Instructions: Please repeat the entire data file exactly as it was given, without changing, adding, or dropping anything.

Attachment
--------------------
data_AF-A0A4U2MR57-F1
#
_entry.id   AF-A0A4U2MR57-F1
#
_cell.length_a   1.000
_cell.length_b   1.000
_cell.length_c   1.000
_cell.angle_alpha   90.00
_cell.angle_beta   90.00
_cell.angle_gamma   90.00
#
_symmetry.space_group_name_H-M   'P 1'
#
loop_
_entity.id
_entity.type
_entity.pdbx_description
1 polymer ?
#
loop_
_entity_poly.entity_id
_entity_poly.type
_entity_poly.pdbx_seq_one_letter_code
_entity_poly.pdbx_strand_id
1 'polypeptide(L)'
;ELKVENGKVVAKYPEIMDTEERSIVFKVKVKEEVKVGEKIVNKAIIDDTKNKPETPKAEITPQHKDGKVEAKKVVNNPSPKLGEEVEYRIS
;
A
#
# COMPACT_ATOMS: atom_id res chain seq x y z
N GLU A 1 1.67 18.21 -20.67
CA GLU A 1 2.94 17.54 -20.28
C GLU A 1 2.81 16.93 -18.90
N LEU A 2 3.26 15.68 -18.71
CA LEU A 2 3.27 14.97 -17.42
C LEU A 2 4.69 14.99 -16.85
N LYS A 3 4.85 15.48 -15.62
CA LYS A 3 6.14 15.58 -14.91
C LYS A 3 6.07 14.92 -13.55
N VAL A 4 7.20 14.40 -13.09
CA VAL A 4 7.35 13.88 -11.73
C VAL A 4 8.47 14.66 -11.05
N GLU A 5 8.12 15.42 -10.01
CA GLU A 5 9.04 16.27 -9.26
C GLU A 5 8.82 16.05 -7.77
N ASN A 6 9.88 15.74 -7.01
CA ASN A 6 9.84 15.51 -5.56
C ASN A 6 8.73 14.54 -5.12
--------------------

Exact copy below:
data_AF-A0A4U2MR57-F1
#
_entry.id   AF-A0A4U2MR57-F1
#
_cell.length_a   1.000
_cell.length_b   1.000
_cell.length_c   1.000
_cell.angle_alpha   90.00
_cell.angle_beta   90.00
_cell.angle_gamma   90.00
#
_symmetry.space_group_name_H-M   'P 1'
#
loop_
_entity.id
_entity.type
_entity.pdbx_description
1 polymer ?
#
loop_
_entity_poly.entity_id
_entity_poly.type
_entity_poly.pdbx_seq_one_letter_code
_entity_poly.pdbx_strand_id
1 'polypeptide(L)'
;ELKVENGKVVAKYPEIMDTEERSIVFKVKVKEEVKVGEKIVNKAIIDDTKNKPETPKAEITPQHKDGKVEAKKVVNNPSPKLGEEVEYRIS
;
A
#
# COMPACT_ATOMS: atom_id res chain seq x y z
N GLU A 1 1.67 18.21 -20.67
CA GLU A 1 2.94 17.54 -20.28
C GLU A 1 2.81 16.93 -18.90
N LEU A 2 3.26 15.68 -18.71
CA LEU A 2 3.27 14.97 -17.42
C LEU A 2 4.69 14.99 -16.85
N LYS A 3 4.85 15.48 -15.62
CA LYS A 3 6.14 15.58 -14.91
C LYS A 3 6.07 14.92 -13.55
N VAL A 4 7.20 14.40 -13.09
CA VAL A 4 7.35 13.88 -11.73
C VAL A 4 8.47 14.66 -11.05
N GLU A 5 8.12 15.42 -10.01
CA GLU A 5 9.04 16.27 -9.26
C GLU A 5 8.82 16.05 -7.77
N ASN A 6 9.88 15.74 -7.01
CA ASN A 6 9.84 15.51 -5.56
C ASN A 6 8.73 14.54 -5.12